They Might Be Giants : Lincoln

They Might Be Giants Lincoln review

The story of John Linnell and John Flansburgh, the songwriting partners who make up They Might Be Giants, gives me hope. For those who haven’t heard the story, here’s the short version. The two Johns grew up in Lincoln, Mass. They shared a love of music and eventually started writing songs together. They struggled in rock clubs for a while until they were invited to play some of the avant-garde performance art clubs in the East Village of New York City. Back then it was just one guy with a guitar and another with an accordion, with various other instruments thrown in, and a tape recorder. In order to have more people, other than their friends, hear their music, they put an ad in the Village Voice, in the personals no less, for their Dial-A-Song, a simple answering machine on which they would record short snippets of songs. A demo tape they made was reviewed by a writer from People magazine and the rest is history.

What inspires me about this story is that they didn’t necessarily go out seeking to get signed, nor search for a record deal or even look for super stardom. No, merely based on their wit, their talent, and their stage presence, their odd version of stardom found them. Not to mention that since that stardom, a deal on a major label, tours, and television show theme songs, they haven’t changed a bit. And while you’ll see that in the review of their new album, The Spine on this very site, my mind and my heart still go back to my favorite album of the Johns, the album that is full of so much quirky sadness that I don’t know whether to laugh or cry, Lincoln.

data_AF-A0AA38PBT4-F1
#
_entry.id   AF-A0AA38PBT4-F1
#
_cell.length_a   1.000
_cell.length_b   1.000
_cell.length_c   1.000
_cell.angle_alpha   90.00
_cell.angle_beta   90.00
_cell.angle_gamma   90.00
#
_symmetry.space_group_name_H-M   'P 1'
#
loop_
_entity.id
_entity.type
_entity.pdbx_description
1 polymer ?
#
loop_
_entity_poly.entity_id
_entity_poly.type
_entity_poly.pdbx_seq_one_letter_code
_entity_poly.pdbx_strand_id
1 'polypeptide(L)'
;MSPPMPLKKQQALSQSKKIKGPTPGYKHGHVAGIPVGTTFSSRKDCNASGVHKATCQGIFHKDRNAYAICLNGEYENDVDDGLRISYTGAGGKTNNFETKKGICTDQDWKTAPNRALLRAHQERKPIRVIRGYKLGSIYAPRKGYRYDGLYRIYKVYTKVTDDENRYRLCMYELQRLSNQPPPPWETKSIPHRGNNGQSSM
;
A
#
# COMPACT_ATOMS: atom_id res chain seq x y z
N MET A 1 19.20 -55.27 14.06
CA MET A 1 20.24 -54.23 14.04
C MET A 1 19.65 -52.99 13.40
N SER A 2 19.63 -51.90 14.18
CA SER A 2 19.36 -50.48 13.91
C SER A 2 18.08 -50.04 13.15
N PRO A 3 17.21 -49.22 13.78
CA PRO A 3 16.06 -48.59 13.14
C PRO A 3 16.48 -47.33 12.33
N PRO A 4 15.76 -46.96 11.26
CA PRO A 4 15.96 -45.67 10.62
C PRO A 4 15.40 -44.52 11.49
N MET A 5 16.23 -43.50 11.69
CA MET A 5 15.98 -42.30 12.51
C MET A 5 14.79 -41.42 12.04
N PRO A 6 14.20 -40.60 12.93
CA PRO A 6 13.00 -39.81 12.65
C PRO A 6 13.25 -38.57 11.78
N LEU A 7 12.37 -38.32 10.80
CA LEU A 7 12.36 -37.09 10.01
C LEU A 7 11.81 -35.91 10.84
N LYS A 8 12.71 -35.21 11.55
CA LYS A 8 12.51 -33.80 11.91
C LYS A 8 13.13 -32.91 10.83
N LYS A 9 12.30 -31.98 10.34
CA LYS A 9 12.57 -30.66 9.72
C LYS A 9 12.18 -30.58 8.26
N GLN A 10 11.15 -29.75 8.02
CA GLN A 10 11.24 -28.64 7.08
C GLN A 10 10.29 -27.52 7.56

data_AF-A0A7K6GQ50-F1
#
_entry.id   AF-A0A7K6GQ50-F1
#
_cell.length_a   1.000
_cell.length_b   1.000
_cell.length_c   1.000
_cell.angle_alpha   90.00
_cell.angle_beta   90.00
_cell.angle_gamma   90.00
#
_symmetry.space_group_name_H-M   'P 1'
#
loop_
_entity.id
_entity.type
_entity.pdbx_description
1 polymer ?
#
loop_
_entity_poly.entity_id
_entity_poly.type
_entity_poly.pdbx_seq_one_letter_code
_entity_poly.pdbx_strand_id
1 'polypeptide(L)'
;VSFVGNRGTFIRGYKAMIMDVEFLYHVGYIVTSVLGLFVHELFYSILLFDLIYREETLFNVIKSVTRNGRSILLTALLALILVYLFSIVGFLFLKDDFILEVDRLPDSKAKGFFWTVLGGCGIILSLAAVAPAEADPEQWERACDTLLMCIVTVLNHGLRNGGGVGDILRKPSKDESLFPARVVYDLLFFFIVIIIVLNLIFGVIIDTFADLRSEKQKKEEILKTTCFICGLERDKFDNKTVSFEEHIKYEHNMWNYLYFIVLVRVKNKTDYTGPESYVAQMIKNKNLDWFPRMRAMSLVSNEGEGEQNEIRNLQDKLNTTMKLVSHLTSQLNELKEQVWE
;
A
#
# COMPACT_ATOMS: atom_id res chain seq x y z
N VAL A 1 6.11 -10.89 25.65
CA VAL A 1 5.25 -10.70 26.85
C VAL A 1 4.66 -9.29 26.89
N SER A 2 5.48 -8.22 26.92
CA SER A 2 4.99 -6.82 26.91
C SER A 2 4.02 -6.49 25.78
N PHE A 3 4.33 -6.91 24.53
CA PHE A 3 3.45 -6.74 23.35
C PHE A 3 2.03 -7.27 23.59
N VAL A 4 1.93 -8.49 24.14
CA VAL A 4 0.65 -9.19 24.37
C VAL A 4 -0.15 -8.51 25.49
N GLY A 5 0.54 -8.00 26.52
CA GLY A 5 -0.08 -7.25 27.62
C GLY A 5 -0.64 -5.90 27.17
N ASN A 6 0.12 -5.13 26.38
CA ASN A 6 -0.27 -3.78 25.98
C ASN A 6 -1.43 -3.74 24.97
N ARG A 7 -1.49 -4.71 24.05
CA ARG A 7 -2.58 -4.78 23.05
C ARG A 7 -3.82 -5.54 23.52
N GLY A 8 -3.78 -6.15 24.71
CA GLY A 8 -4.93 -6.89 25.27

I remember seeing the video for “Don’t Let’s Start” on MTV. I couldn’t believe what I was seeing and hearing. After the massive decadence of the eighties, here were a couple of nerdy looking guys singing really fun, poppy, and intelligent lyrics. Who else would actually mention the apostrophe in spelling out a word? Sure, we know all about R-E-S-P-E-C-T, but did you know about:

D, World Destruction
O-ver and overture
N, do I need
T, need this torture?

After becoming fascinated by the duo and noticing that they were talented, smart, and weird, I figured they wouldn’t last. Then the next year I heard an equally brilliant song called “Ana Ng.” It started with staccato guitar, almost Clash-punk style, but with a little bit of Pee-Wee’s Playhouse. Then I heard these words:

Make a hole with a gun perpendicular
To the name of this town in a desk-top globe
Exit wound in a foreign nation
Showing the home of the one this was written for

I bought the album immediately. “Ana Ng” was the first track and I nearly wore it out. What I found after that song was overwhelming. There were 17 more songs with literate lyrics and oddball music, and I loved it. The third track on the album is a little number called “Lie Still Little Bottle,” one which has become a notorious fan favorite. In the live show, Flansburgh brings out a near-ten foot stick and thumps it on the stage in rhythm. This is the song’s entire percussion, aside from audience finger snaps. When the crowd knows it might be coming, they start chanting, “Stick! Stick! Stick!” Weird? Sure. Fun? You bet your ass. It’s fairly easy to forget that the song is about possible drug abuse. This is TMBG’s gift.

“Purple Toupee” is an example of Linnell’s fascination with history. While Linnell is considered the introverted “songwriter” of the duo, Flansburgh is the showman. Various guests on the biographical documentary Gigantic: A Tale of Two Johns theorize that without Flansburgh, Linnell would still be writing hundreds upon hundreds of songs, but none of them would be heard. Anyhoo, back to “Purple Toupee.” I couldn’t think of a better lyric than:

I remember the book depository where they crowned the king of Cuba

“Where Your Eyes Don’t Go” is a song whose bridge I find myself humming constantly. “You’re free to come and go or talk like Kurtis Blow but there’s a pair of eyes in back of your head.” The rest of the song is extremely paranoiac, but that bridge is just quiet and peaceful, making it just a little more disturbing.